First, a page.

Use of ultrasound of no benefit for treat-to-target therapy in rheumatoid arthritis
Oslo, Norway: Systematic use of ultrasound does not provide a benefit in the follow-up of patients with early rheumatoid arthritis (RA), finds a recent study published in the journal Rheumatology.
According to the study, compared with a conventional treatment strategy incorporation of ultrasound information in treatment decisions does not lead to reduced magnetic resonance imaging (MRI) inflammation or less structural damage.
Rheumatoid arthritis is a common autoimmune disorder causing painful inflammation and damage to the joints of affected patients. The objective of RA care today is to treat patients to clinical remission, but these patients may still have subclinical inflammation visible on ultrasound or magnetic resonance imaging.
Ulf Sundin, University of Oslo, Oslo, Norway, and colleagues investigated whether an ultrasound-guided treat-to-target strategy for early RA would lead to reduced MRI inflammation or less structural damage progression compared with a conventional treat-to-target strategy.
For the purpose, a total of 230 DMARD-naïve early RA patients were randomized to an ultrasound tight control strategy targeting DAS <1.6, no swollen joints and no power Doppler signal in any joint or a conventional strategy targeting DAS <1.6 and no swollen joints. The patients were treated according to the same escalation strategy.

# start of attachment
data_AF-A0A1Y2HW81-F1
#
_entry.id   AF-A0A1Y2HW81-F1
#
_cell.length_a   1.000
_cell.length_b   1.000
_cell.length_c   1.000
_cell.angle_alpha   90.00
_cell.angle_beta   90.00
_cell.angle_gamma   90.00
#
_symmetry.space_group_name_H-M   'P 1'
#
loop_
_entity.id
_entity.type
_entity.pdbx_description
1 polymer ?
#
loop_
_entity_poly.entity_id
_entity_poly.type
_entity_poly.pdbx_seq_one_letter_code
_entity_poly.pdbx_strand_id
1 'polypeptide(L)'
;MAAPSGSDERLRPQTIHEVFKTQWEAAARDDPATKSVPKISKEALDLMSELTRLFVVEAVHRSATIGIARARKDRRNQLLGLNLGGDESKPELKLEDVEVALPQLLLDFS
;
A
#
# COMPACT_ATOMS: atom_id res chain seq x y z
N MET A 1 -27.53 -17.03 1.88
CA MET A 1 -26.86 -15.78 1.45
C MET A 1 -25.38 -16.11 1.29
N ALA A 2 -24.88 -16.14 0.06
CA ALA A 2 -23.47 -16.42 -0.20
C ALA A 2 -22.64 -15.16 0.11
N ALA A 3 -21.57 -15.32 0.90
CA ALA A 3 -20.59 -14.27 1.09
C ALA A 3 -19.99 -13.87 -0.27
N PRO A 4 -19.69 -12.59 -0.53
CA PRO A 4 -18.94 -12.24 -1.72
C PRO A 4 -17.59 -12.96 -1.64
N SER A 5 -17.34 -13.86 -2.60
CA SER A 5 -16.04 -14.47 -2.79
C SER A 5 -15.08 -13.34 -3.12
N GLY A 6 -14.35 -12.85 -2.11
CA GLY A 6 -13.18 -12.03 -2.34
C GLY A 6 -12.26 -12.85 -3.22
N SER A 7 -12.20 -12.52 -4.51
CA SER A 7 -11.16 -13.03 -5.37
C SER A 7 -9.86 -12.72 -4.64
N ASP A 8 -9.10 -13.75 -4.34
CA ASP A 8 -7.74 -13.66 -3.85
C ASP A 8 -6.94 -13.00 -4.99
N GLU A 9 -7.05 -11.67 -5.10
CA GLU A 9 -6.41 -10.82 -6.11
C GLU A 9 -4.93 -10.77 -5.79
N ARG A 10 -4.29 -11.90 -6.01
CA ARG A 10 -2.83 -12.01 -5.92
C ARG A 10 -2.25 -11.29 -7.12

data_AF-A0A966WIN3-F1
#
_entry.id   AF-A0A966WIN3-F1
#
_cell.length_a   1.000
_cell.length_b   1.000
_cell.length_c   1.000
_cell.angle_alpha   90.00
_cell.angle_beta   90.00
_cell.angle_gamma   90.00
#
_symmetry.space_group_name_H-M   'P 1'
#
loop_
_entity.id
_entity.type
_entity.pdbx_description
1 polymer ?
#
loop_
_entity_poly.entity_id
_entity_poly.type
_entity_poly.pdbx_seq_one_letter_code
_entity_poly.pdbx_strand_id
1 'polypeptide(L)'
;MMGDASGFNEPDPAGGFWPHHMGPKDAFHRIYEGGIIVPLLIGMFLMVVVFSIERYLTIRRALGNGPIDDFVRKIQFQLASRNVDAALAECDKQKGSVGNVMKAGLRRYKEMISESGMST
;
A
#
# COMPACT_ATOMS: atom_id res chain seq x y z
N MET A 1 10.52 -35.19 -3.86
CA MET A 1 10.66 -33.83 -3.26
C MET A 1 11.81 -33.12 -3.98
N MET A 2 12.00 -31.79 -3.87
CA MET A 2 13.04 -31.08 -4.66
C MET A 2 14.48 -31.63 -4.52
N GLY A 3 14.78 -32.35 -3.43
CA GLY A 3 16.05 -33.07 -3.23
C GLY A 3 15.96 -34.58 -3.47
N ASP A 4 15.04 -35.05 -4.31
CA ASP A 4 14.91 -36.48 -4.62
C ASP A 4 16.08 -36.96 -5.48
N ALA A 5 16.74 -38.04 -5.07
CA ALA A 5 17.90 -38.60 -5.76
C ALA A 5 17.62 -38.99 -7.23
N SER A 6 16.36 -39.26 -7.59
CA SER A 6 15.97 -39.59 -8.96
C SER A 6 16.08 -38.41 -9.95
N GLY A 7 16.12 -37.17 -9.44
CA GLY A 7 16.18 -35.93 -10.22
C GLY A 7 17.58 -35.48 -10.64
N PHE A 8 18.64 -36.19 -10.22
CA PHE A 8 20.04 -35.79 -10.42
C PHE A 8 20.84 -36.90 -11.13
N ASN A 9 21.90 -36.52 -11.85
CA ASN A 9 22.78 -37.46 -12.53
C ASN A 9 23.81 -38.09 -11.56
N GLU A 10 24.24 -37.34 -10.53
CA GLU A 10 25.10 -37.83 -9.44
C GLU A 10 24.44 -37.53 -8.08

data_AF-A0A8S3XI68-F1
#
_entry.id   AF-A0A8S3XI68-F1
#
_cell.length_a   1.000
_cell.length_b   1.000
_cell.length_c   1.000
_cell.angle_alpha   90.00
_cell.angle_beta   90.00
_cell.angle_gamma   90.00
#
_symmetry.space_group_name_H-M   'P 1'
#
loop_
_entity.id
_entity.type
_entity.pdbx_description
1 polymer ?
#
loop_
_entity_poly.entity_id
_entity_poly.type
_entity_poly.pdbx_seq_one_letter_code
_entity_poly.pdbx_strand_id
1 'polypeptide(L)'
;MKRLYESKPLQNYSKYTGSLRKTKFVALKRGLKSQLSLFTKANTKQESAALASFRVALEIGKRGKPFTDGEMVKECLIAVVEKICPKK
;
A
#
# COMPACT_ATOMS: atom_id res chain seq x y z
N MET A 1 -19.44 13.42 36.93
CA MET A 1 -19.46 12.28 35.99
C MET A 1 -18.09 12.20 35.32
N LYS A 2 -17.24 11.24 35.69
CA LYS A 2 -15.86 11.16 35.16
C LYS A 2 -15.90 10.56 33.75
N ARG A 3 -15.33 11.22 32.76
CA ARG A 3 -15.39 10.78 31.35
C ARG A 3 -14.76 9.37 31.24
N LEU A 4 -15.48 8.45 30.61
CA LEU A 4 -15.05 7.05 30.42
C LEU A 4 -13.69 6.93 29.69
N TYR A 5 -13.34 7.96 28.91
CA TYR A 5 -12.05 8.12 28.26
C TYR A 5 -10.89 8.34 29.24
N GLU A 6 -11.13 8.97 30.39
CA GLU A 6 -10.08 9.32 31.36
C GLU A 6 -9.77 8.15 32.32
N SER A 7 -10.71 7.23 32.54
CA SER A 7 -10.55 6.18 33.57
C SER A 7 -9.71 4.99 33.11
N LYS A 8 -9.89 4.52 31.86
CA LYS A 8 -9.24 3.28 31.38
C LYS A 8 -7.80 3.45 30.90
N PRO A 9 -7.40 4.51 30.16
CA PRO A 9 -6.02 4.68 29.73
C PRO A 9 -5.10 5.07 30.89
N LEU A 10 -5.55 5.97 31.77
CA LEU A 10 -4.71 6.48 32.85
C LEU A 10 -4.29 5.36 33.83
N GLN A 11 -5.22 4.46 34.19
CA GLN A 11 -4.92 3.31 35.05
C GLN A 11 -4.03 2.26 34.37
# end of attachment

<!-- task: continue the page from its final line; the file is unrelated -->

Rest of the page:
MRI of the dominant hand was performed at six-time points over 2 years and scored according to the OMERACT RA MRI scoring system. A total of 218 patients had baseline and one or more follow-up MRIs and were included in the analysis. The mean MRI score change from baseline to each follow-up and the 2-year risk for erosive progression were compared between arms.
Key findings of the study include:
- MRI bone marrow oedema, synovitis and tenosynovitis improved over the first year and was sustained during the second year of follow-up, with no statistically significant differences between the ultrasound and the conventional arms at any time point.
- The 2 year risk for progression of MRI erosions was similar in both treatment arms: ultrasound arm 39%, conventional arm 33% [relative risk 1.16].
"The MRI results, with no trend towards less joint damage progression in the ultrasound arm, support the conclusions of the primary outcomes of the above-mentioned trials—that an ultrasound-guided strategy does not lead to improved treatment outcomes," wrote the authors.
"Our findings support the current treatment recommendations for early RA," they concluded.
The study, "Conventional versus ultrasound treat to target: no difference in magnetic resonance imaging inflammation or joint damage over 2 years in early rheumatoid arthritis," is published in the journal Rheumatology.